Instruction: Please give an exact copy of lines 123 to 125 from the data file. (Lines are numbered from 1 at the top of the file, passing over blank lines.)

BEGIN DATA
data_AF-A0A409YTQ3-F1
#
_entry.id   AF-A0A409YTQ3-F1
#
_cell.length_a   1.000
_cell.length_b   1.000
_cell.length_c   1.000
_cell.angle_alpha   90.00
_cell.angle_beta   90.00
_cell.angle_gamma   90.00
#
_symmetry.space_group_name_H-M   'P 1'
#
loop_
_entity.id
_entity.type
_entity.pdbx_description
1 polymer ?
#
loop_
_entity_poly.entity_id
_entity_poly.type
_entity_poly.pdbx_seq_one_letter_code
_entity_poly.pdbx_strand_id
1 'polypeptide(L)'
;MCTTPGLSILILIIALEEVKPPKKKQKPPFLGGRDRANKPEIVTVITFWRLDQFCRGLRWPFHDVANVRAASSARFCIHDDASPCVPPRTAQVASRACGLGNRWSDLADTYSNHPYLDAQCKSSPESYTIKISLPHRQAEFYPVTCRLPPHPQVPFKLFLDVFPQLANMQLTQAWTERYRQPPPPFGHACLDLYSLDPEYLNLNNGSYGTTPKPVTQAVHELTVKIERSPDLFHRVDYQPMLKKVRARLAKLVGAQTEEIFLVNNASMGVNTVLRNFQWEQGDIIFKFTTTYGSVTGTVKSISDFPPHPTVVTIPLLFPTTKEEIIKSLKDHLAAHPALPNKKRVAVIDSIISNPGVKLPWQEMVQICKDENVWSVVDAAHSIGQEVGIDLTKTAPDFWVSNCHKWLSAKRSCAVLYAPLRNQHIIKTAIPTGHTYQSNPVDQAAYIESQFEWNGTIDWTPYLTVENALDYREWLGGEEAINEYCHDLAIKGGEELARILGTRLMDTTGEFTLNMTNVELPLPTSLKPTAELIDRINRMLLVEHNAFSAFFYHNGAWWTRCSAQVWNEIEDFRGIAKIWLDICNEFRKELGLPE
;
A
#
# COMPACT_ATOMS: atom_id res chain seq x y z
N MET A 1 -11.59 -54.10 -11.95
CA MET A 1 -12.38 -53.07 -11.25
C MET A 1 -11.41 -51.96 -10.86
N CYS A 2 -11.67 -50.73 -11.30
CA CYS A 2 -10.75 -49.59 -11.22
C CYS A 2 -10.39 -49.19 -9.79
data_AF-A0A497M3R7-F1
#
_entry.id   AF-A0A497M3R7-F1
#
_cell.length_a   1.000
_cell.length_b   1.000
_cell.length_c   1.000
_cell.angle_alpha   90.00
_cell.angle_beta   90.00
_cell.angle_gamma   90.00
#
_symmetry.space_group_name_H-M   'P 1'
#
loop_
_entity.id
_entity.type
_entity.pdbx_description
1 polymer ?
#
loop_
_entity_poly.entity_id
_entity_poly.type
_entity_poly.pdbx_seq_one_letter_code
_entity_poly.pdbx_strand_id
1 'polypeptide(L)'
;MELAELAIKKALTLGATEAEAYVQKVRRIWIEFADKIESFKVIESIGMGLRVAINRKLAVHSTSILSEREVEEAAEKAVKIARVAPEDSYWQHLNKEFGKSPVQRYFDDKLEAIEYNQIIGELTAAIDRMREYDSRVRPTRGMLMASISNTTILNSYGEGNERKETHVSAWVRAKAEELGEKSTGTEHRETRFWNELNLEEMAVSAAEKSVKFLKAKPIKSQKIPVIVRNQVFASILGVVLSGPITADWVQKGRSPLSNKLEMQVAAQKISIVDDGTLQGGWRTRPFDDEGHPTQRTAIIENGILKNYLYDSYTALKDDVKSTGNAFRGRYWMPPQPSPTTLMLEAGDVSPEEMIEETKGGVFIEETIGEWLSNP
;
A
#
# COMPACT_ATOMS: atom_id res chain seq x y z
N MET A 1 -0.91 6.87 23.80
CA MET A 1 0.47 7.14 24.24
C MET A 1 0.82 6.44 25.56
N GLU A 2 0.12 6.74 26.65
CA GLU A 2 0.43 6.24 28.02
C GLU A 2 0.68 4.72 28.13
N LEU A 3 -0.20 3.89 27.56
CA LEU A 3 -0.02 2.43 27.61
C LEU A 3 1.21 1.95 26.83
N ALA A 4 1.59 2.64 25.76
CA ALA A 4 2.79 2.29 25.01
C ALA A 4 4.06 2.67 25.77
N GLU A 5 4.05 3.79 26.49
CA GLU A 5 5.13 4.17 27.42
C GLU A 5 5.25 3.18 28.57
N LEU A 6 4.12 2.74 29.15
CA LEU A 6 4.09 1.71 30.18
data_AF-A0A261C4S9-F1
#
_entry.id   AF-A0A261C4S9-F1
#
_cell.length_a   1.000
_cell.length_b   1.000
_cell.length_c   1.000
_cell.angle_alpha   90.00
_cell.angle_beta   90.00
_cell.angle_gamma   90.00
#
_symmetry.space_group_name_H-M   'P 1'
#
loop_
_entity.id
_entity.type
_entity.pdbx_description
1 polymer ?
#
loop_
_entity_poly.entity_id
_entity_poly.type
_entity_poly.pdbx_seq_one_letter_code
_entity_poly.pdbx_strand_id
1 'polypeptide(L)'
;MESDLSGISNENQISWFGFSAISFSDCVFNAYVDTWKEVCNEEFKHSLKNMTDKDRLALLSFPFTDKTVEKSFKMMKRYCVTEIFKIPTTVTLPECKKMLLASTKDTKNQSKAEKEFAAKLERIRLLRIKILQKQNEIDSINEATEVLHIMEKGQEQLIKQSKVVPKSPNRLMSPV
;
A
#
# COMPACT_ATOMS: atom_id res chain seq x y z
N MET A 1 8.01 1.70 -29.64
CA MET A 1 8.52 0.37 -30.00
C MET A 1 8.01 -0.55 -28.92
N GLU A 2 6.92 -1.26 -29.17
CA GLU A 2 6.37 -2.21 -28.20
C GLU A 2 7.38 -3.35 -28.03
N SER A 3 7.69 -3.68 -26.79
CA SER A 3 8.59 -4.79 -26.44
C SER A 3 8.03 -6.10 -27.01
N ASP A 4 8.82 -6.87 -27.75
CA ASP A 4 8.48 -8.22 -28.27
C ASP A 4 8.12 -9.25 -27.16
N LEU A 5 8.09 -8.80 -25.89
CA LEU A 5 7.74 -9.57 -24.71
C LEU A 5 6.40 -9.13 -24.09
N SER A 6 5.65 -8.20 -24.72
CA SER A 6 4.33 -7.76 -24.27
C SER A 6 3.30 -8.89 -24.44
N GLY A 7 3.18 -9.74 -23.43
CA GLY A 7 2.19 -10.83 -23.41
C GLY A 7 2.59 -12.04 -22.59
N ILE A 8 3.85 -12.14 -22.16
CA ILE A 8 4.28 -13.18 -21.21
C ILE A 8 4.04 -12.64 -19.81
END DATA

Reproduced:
N ASP A 4 8.82 -6.87 -27.75
CA ASP A 4 8.48 -8.22 -28.27
C ASP A 4 8.12 -9.25 -27.16